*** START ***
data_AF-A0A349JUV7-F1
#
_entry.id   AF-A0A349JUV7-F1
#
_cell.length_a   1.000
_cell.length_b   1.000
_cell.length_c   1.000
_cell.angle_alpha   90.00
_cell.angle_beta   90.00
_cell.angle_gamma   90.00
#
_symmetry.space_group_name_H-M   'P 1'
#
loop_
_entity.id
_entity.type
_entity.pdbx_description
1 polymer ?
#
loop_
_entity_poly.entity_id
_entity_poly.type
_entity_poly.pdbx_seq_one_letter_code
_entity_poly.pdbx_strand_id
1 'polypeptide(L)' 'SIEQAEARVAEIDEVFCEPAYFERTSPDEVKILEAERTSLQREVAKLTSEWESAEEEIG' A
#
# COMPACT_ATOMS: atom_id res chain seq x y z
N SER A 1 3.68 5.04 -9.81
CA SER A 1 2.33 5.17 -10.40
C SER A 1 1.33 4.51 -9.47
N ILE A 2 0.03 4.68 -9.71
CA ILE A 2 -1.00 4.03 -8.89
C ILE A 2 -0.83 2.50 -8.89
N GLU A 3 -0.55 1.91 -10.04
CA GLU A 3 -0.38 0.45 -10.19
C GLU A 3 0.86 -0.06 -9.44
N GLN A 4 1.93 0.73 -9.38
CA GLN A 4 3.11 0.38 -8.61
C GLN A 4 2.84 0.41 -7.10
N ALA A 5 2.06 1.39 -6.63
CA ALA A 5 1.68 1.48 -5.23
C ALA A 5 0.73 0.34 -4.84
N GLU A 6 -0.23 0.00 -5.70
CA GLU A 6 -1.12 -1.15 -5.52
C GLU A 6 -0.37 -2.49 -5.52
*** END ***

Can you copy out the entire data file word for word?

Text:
data_AF-A0A349JUV7-F1
#
_entry.id   AF-A0A349JUV7-F1
#
_cell.length_a   1.000
_cell.length_b   1.000
_cell.length_c   1.000
_cell.angle_alpha   90.00
_cell.angle_beta   90.00
_cell.angle_gamma   90.00
#
_symmetry.space_group_name_H-M   'P 1'
#
loop_
_entity.id
_entity.type
_entity.pdbx_description
1 polymer ?
#
loop_
_entity_poly.entity_id
_entity_poly.type
_entity_poly.pdbx_seq_one_letter_code
_entity_poly.pdbx_strand_id
1 'polypeptide(L)' 'SIEQAEARVAEIDEVFCEPAYFERTSPDEVKILEAERTSLQREVAKLTSEWESAEEEIG' A
#
# COMPACT_ATOMS: atom_id res chain seq x y z
N SER A 1 3.68 5.04 -9.81
CA SER A 1 2.33 5.17 -10.40
C SER A 1 1.33 4.51 -9.47
N ILE A 2 0.03 4.68 -9.71
CA ILE A 2 -1.00 4.03 -8.89
C ILE A 2 -0.83 2.50 -8.89
N GLU A 3 -0.55 1.91 -10.04
CA GLU A 3 -0.38 0.45 -10.19
C GLU A 3 0.86 -0.06 -9.44
N GLN A 4 1.93 0.73 -9.38
CA GLN A 4 3.11 0.38 -8.61
C GLN A 4 2.84 0.41 -7.10
N ALA A 5 2.06 1.39 -6.63
CA ALA A 5 1.68 1.48 -5.23
C ALA A 5 0.73 0.34 -4.84
N GLU A 6 -0.23 0.00 -5.70
CA GLU A 6 -1.12 -1.15 -5.52
C GLU A 6 -0.37 -2.49 -5.52